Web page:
Click on the photo to see them full-size. One has a happy face on his belly.
The babies are the first progeny of "Little Momma", an American house spider, Parasteatoda tepidariorum. She lives in a corner beside my patio door, and has another batch on the way.
Little Momma, with bag of babies and lunch.
She is the granddaughter of Fat Momma, who raised a brood a few feet overhead in 2007. I wrote at length about her then, and want to review a few of the questions raised back then.
Here's the series: Parts I - Spider Watching, II - Fresh laid eggs!, III - Taking Candy from a Baby, IV - We Haz Babies!, V - Baby Pictures, VI - Post-coital bliss, sort of, and finally, Pleased to Meetcha!
Some of the questions I was asking then were, what happens to the males? And, how long does incubation take? Will the egg cases survive over the winter?
- Fat Momma ate at least one of her mates. Little Momma has had three that I have seen. I caught her eating one.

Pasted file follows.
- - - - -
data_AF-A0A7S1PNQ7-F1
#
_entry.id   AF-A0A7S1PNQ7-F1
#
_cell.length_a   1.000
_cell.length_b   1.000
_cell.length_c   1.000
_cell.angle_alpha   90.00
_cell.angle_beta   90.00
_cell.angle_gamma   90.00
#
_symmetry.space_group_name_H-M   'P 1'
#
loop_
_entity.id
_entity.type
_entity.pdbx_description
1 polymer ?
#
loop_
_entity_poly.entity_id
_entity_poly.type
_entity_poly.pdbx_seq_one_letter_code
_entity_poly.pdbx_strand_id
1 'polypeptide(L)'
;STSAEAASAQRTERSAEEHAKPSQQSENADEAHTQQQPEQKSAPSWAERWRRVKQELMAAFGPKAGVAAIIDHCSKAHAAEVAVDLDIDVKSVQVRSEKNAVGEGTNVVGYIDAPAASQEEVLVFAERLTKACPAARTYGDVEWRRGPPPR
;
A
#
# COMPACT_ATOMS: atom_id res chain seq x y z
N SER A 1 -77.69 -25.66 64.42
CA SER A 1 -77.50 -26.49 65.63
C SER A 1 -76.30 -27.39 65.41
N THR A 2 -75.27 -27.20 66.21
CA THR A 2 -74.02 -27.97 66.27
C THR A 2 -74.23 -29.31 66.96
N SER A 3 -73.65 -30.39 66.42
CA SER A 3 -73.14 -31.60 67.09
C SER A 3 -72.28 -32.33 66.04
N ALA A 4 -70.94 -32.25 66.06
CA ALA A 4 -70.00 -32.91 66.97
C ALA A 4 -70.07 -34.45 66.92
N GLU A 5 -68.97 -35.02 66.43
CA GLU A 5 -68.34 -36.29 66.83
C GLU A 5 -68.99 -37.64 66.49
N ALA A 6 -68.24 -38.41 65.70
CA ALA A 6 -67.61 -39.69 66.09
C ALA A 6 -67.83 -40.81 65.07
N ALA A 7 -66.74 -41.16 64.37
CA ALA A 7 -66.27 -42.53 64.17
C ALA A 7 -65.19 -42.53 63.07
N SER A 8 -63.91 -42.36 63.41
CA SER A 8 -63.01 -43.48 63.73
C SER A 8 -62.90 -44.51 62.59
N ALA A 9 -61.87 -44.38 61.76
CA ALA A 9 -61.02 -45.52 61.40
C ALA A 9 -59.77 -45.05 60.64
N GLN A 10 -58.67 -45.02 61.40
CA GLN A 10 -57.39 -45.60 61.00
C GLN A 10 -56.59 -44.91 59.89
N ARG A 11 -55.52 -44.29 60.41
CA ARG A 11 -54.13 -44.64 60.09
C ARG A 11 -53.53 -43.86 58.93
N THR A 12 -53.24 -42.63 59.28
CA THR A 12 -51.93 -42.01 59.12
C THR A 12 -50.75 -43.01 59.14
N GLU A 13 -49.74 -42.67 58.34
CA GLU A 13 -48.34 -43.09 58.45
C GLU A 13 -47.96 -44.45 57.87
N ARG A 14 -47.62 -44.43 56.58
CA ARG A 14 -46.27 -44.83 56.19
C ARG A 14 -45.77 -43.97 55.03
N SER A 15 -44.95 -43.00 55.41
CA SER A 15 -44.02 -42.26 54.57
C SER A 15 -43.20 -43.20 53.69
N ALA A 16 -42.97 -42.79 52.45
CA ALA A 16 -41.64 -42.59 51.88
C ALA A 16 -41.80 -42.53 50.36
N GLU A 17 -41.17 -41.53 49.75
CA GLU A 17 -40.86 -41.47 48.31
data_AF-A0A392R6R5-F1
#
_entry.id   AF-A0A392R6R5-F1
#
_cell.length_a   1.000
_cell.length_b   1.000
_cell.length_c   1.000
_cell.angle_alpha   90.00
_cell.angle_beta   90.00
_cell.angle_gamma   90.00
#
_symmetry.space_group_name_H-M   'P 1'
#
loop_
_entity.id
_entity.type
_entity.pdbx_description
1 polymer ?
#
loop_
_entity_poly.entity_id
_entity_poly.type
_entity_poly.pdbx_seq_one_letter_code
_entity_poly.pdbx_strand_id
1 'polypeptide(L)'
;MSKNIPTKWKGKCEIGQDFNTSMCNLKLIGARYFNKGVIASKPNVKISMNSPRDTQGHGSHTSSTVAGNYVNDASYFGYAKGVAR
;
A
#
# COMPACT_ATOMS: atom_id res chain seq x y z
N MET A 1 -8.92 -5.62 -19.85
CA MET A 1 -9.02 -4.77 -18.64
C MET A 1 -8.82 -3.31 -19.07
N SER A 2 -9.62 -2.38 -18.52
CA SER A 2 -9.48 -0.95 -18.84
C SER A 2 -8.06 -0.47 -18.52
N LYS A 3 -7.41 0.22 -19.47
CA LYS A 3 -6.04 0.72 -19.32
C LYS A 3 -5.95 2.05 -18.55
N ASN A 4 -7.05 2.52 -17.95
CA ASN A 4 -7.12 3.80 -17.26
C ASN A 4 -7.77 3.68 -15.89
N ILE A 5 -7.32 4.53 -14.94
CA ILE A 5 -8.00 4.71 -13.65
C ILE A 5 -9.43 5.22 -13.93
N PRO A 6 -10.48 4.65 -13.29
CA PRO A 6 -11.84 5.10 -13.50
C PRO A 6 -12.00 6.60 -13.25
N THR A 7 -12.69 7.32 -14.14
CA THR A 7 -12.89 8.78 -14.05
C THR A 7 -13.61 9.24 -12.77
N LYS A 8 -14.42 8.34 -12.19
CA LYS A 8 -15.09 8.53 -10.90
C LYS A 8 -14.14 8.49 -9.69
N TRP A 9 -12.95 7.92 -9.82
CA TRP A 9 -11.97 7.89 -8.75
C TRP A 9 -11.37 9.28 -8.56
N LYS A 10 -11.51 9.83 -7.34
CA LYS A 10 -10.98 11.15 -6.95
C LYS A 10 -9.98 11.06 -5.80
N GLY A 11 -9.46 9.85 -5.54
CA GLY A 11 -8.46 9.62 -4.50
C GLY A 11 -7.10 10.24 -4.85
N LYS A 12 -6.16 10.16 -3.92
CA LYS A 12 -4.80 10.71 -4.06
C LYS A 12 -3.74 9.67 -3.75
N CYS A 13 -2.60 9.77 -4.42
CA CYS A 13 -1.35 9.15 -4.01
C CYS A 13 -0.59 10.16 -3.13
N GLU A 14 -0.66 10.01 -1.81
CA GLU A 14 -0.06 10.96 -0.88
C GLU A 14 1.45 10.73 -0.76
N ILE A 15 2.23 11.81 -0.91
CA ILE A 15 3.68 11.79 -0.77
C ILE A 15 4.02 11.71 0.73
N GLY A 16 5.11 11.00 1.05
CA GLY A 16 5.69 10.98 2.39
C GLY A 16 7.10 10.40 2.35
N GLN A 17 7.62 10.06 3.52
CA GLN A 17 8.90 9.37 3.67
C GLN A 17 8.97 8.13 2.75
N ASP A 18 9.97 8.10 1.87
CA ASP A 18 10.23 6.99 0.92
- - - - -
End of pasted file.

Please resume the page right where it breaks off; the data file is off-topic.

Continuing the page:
- Fat Momma's first two egg cases and one of another spider took 25, 27 and 33 days. I first saw LM's eggs exactly one month before they hatched. So 31 -32 days.
- And Fat Momma's final egg case hatched the next March. LM's second case is just a week old; it may have to hang around over the winter, too.
I found it interesting that LM hung her egg cases, as did her grandmother, out in the middle of nowhere. But a week ago, when the weather turned cold for a few days, she hauled them both over against a wooden shelf, well protected from the elements, and tied them down there.
The babies are pale cream, with grey dots in varied patterns. In the photo, full-size, two eyes stare straight ahead. The other six are not visible. I expect them to hang around the egg case for about four days, then start wandering; they will be dark and shiny by then. I'll keep close tabs on them, and maybe even get a few portrait shots.
Oh, and "Congratulations, Little Momma! Your babies are beautiful!"